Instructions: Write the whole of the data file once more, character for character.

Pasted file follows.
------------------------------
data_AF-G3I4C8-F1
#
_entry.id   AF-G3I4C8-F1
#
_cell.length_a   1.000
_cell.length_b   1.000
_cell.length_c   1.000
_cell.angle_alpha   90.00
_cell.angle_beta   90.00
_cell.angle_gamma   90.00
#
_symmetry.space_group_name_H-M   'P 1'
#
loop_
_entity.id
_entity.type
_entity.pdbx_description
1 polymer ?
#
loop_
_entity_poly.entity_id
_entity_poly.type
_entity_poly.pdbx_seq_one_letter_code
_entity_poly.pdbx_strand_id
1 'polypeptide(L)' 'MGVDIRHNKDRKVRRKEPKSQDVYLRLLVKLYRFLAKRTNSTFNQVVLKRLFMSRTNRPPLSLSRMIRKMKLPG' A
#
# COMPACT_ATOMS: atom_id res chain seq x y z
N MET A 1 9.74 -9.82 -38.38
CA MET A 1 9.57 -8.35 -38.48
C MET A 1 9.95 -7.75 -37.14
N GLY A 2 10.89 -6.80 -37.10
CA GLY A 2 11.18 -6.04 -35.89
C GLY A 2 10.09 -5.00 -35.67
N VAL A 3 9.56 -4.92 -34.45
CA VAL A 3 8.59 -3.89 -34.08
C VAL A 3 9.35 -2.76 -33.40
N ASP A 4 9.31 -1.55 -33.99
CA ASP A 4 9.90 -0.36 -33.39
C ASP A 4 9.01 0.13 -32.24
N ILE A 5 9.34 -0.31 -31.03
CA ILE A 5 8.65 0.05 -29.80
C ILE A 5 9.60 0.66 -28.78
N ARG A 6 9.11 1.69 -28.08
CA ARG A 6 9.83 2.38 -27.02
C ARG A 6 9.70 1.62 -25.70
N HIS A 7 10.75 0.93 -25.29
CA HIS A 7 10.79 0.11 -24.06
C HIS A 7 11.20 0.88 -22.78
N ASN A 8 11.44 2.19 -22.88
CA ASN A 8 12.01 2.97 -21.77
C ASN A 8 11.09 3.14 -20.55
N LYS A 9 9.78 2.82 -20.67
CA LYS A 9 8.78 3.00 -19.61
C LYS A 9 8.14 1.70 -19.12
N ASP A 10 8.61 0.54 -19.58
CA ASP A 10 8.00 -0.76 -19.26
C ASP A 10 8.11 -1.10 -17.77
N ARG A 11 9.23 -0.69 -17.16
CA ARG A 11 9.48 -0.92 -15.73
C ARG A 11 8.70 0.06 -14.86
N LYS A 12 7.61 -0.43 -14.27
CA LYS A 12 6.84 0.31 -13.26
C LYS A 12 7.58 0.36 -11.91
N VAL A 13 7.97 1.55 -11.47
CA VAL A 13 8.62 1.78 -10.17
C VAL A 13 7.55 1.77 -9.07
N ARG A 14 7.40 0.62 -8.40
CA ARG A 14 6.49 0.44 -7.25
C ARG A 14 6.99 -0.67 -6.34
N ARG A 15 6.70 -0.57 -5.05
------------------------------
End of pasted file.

data_AF-G3I4C8-F1
#
_entry.id   AF-G3I4C8-F1
#
_cell.length_a   1.000
_cell.length_b   1.000
_cell.length_c   1.000
_cell.angle_alpha   90.00
_cell.angle_beta   90.00
_cell.angle_gamma   90.00
#
_symmetry.space_group_name_H-M   'P 1'
#
loop_
_entity.id
_entity.type
_entity.pdbx_description
1 polymer ?
#
loop_
_entity_poly.entity_id
_entity_poly.type
_entity_poly.pdbx_seq_one_letter_code
_entity_poly.pdbx_strand_id
1 'polypeptide(L)' 'MGVDIRHNKDRKVRRKEPKSQDVYLRLLVKLYRFLAKRTNSTFNQVVLKRLFMSRTNRPPLSLSRMIRKMKLPG' A
#
# COMPACT_ATOMS: atom_id res chain seq x y z
N MET A 1 9.74 -9.82 -38.38
CA MET A 1 9.57 -8.35 -38.48
C MET A 1 9.95 -7.75 -37.14
N GLY A 2 10.89 -6.80 -37.10
CA GLY A 2 11.18 -6.04 -35.89
C GLY A 2 10.09 -5.00 -35.67
N VAL A 3 9.56 -4.92 -34.45
CA VAL A 3 8.59 -3.89 -34.08
C VAL A 3 9.35 -2.76 -33.40
N ASP A 4 9.31 -1.55 -33.99
CA ASP A 4 9.90 -0.36 -33.39
C ASP A 4 9.01 0.13 -32.24
N ILE A 5 9.34 -0.31 -31.03
CA ILE A 5 8.65 0.05 -29.80
C ILE A 5 9.60 0.66 -28.78
N ARG A 6 9.11 1.69 -28.08
CA ARG A 6 9.83 2.38 -27.02
C ARG A 6 9.70 1.62 -25.70
N HIS A 7 10.75 0.93 -25.29
CA HIS A 7 10.79 0.11 -24.06
C HIS A 7 11.20 0.88 -22.78
N ASN A 8 11.44 2.19 -22.88
CA ASN A 8 12.01 2.97 -21.77
C ASN A 8 11.09 3.14 -20.55
N LYS A 9 9.78 2.82 -20.67
CA LYS A 9 8.78 3.00 -19.61
C LYS A 9 8.14 1.70 -19.12
N ASP A 10 8.61 0.54 -19.58
CA ASP A 10 8.00 -0.76 -19.26
C ASP A 10 8.11 -1.10 -17.77
N ARG A 11 9.23 -0.69 -17.16
CA ARG A 11 9.48 -0.92 -15.73
C ARG A 11 8.70 0.06 -14.86
N LYS A 12 7.61 -0.43 -14.27
CA LYS A 12 6.84 0.31 -13.26
C LYS A 12 7.58 0.36 -11.91
N VAL A 13 7.97 1.55 -11.47
CA VAL A 13 8.62 1.78 -10.17
C VAL A 13 7.55 1.77 -9.07
N ARG A 14 7.40 0.62 -8.40
CA ARG A 14 6.49 0.44 -7.25
C ARG A 14 6.99 -0.67 -6.34
N ARG A 15 6.70 -0.57 -5.05